“Stand firm in the faith; be courageous; be strong.”
1 Corinthians 16:13
Wellbeing is a key component of the life of St Columba Anglican School. A significant part of this is what we refer to as Spiritual wellbeing.
As a school who welcomes all who respect our (Grafton) Anglican foundation, we believe that important keys to spiritual wellbeing include creating positive relationships, having clear and enacted values, and leading a meaningful and purposeful life.
Our goal is to offer to our students, staff and community an example of a lived expression of the Anglican faith, offered to all members of our community, whether they are Anglicans or not. The values of the Diocese are:
- Christ-likeness → God’s grace revealed in Jesus Christ shapes and moulds our lives.
- Discernment → We continually seek to discern God’s revealing to be faithful in who we are and what we do.
- Openness → We are open to change and to the development of innovative and responsive models of mission and ministry for our contemporary Australian context.
- Collaboration → We work in collaborative partnerships with others to achieve our goals.
- Distinctiveness → We honour the rich diversity of our Anglican heritage and culture.
- Accountability → We practise responsible and transparent stewardship of all that is entrusted in our care.
As a relatively diverse school – in culture, religion, ethnicity etc – we will always be open to criticism in the things we do and say, particularly in the religious context.
As Principal of the School, I have in one week been accused of our School not being Christian enough and then being guilty of forcing our Christian beliefs on students. The fact is that we have clear Anglican values, that are made evident in the enrolment process and they are the lodestones that guide our teaching and decision-making.
What are lodestones used for? Pieces of lodestone, suspended so they could turn, were the first magnetic compasses, and their importance to early navigation is indicated by the name lodestone, which in Middle English means “course stone” or “leading stone”, from the now-obsolete meaning of lode as “journey, way”.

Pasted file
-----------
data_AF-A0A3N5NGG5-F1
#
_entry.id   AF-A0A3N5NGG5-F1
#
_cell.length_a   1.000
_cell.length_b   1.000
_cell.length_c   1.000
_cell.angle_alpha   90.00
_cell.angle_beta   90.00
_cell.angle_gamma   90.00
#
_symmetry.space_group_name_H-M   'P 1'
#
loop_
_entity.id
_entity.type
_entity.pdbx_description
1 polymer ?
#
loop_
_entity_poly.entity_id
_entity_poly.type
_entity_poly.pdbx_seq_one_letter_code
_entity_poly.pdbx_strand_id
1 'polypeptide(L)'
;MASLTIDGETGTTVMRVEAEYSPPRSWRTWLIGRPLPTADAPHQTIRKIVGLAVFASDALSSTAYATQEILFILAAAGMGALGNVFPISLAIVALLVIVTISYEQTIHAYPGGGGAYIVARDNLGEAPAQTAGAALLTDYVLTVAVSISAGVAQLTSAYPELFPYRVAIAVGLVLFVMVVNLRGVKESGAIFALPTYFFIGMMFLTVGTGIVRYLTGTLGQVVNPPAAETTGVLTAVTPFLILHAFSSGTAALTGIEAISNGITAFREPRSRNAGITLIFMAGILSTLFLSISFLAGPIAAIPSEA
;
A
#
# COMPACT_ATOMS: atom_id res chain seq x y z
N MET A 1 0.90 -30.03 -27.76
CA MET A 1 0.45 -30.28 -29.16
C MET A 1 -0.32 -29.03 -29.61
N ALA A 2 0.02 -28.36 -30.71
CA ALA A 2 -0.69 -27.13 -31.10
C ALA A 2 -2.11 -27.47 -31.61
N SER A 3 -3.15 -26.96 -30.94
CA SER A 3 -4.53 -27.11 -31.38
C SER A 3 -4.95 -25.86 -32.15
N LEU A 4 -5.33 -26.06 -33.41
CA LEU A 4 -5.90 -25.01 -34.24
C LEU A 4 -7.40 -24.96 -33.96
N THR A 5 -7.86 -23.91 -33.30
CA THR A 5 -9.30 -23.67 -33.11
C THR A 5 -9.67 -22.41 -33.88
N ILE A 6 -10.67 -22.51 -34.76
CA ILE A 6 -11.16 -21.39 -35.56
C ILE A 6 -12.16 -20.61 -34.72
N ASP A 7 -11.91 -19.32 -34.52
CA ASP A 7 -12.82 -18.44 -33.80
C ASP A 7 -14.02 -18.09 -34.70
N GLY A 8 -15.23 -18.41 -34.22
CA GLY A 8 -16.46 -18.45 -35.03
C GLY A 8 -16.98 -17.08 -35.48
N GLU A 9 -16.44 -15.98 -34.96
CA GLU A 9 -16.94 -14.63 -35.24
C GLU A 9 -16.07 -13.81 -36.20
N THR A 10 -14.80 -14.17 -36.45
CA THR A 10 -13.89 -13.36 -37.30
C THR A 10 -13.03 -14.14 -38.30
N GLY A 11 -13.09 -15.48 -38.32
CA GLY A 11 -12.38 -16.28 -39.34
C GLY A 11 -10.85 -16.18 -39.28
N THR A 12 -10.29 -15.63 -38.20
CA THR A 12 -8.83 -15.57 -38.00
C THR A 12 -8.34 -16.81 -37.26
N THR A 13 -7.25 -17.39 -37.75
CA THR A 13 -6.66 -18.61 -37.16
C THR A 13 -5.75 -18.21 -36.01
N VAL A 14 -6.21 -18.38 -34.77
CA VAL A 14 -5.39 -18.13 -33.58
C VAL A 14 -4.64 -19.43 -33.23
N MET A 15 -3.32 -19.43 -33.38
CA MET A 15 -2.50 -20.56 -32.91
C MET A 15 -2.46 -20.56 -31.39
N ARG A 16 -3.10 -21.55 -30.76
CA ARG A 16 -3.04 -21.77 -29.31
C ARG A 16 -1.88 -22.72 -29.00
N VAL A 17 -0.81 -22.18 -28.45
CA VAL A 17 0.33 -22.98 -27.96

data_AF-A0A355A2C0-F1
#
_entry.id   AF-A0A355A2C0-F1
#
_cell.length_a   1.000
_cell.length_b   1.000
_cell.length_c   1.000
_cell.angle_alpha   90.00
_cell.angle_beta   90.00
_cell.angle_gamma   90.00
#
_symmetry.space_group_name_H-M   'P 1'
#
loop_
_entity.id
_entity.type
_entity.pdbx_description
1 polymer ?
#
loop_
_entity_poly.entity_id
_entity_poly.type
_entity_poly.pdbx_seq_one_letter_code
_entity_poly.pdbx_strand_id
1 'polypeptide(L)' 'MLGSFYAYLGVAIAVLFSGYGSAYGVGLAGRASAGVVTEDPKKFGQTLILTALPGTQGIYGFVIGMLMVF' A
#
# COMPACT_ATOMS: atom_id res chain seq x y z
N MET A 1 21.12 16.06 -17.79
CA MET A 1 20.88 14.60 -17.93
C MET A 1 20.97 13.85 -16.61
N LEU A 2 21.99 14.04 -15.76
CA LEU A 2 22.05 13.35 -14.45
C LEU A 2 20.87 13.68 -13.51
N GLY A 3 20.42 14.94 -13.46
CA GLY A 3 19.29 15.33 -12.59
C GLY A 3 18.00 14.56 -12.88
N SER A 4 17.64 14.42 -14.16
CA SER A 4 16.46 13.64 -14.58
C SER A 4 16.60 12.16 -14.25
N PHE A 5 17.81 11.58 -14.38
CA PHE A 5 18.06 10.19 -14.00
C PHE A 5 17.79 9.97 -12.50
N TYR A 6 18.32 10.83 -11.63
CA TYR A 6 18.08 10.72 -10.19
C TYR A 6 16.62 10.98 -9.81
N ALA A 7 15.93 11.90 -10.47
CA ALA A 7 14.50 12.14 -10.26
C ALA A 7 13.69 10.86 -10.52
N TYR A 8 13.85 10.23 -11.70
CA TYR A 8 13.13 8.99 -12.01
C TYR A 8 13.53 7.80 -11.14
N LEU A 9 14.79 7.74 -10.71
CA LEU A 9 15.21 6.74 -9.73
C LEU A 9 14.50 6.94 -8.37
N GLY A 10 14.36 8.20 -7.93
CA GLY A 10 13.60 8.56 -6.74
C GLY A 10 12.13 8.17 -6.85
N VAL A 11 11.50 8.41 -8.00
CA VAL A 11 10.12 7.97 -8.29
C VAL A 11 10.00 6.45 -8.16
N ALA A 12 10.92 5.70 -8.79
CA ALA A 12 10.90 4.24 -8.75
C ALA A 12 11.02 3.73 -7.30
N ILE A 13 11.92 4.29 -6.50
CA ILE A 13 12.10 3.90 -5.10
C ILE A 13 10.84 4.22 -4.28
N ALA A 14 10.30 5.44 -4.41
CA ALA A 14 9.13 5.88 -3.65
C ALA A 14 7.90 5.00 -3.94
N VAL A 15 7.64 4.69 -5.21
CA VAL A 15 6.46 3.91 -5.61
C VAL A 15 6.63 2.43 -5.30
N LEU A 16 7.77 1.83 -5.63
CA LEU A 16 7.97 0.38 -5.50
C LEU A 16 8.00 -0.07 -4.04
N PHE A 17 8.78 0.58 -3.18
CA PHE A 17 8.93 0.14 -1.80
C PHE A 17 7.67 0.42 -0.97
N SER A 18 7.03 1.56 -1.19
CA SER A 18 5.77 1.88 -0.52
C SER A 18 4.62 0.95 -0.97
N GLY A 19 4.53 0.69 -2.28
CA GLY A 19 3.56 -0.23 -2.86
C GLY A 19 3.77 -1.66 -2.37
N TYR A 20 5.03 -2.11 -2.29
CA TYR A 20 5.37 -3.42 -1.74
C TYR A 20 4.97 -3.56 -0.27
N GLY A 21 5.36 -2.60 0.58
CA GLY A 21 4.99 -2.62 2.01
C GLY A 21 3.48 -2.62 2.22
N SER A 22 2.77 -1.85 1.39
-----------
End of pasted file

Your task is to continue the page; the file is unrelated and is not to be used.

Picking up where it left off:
As Principal, I am constantly reassured of the strength of faith shown by our students and their capacity to offer respect to those who follow different faiths and traditions. In their actions, I see our Christian faith alive.
“Little children, let us not love in word or speech, but in deed and in truth.”
(1 Jn 3:18).
Our hope is that they are growing in their faith as they travel through our school, not losing faith – that they have a faith strong enough to withstand challenge or question. A faith that walks with them in life and informs their relationships, actions and contributions to society.
It concerns me, sometimes, that some adults lack faith in our young people’s capacity to be open to other ideas and theologies without losing their own faith.
In fact, I believe exposure to other cultures, faiths and traditions provides our students with the capacity to understand their faith in a context that strengthens rather than clouds their beliefs.
They get to experience their faith in the context of the world in which they live.
We hope our students can act in truth, with compassion and respect for others and in doing this follow the greatest of commandments: “Teacher, which is the greatest commandment in The Law?” Jesus replied: “Love the Lord your God with all your heart and with all your soul and with all your mind. This is the first and greatest commandment. And the second is like it: “Love your neighbour as yourself.” Matthew 22:37-39
Want to share your thoughts on this story, or do you have something you’d like to add? Email me at firstname.lastname@example.org